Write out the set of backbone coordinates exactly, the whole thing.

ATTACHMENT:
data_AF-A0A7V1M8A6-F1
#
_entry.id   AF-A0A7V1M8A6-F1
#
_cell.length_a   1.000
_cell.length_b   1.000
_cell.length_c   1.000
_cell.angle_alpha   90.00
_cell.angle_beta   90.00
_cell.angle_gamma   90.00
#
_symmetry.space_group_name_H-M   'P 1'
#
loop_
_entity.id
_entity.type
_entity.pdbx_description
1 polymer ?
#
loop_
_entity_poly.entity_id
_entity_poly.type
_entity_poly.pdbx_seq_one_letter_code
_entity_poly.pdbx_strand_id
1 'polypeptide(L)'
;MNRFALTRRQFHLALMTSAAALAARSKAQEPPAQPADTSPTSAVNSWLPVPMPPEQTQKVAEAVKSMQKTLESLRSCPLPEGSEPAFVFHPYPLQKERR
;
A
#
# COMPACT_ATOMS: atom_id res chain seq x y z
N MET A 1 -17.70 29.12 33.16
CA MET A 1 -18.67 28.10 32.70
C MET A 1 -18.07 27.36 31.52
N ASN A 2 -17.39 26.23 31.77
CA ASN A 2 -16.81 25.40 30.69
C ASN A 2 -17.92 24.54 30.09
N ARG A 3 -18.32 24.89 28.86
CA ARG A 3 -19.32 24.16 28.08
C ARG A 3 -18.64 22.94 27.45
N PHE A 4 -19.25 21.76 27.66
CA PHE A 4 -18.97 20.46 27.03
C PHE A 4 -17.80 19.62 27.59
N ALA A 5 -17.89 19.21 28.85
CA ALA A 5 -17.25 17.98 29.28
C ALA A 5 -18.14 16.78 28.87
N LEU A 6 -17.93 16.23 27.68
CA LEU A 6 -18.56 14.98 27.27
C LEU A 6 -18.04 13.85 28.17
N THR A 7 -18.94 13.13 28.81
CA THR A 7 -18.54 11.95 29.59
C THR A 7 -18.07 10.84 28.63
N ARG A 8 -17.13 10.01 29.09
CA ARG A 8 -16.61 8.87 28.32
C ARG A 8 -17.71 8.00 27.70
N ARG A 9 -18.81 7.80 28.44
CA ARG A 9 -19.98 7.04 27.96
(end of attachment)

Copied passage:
data_AF-A0A7V1M8A6-F1
#
_entry.id   AF-A0A7V1M8A6-F1
#
_cell.length_a   1.000
_cell.length_b   1.000
_cell.length_c   1.000
_cell.angle_alpha   90.00
_cell.angle_beta   90.00
_cell.angle_gamma   90.00
#
_symmetry.space_group_name_H-M   'P 1'
#
loop_
_entity.id
_entity.type
_entity.pdbx_description
1 polymer ?
#
loop_
_entity_poly.entity_id
_entity_poly.type
_entity_poly.pdbx_seq_one_letter_code
_entity_poly.pdbx_strand_id
1 'polypeptide(L)'
;MNRFALTRRQFHLALMTSAAALAARSKAQEPPAQPADTSPTSAVNSWLPVPMPPEQTQKVAEAVKSMQKTLESLRSCPLPEGSEPAFVFHPYPLQKERR
;
A
#
# COMPACT_ATOMS: atom_id res chain seq x y z
N MET A 1 -17.70 29.12 33.16
CA MET A 1 -18.67 28.10 32.70
C MET A 1 -18.07 27.36 31.52
N ASN A 2 -17.39 26.23 31.77
CA ASN A 2 -16.81 25.40 30.69
C ASN A 2 -17.92 24.54 30.09
N ARG A 3 -18.32 24.89 28.86
CA ARG A 3 -19.32 24.16 28.08
C ARG A 3 -18.64 22.94 27.45
N PHE A 4 -19.25 21.76 27.66
CA PHE A 4 -18.97 20.46 27.03
C PHE A 4 -17.80 19.62 27.59
N ALA A 5 -17.89 19.21 28.85
CA ALA A 5 -17.25 17.98 29.28
C ALA A 5 -18.14 16.78 28.87
N LEU A 6 -17.93 16.23 27.68
CA LEU A 6 -18.56 14.98 27.27
C LEU A 6 -18.04 13.85 28.17
N THR A 7 -18.94 13.13 28.81
CA THR A 7 -18.54 11.95 29.59
C THR A 7 -18.07 10.84 28.63
N ARG A 8 -17.13 10.01 29.09
CA ARG A 8 -16.61 8.87 28.32
C ARG A 8 -17.71 8.00 27.70
N ARG A 9 -18.81 7.80 28.44
CA ARG A 9 -19.98 7.04 27.96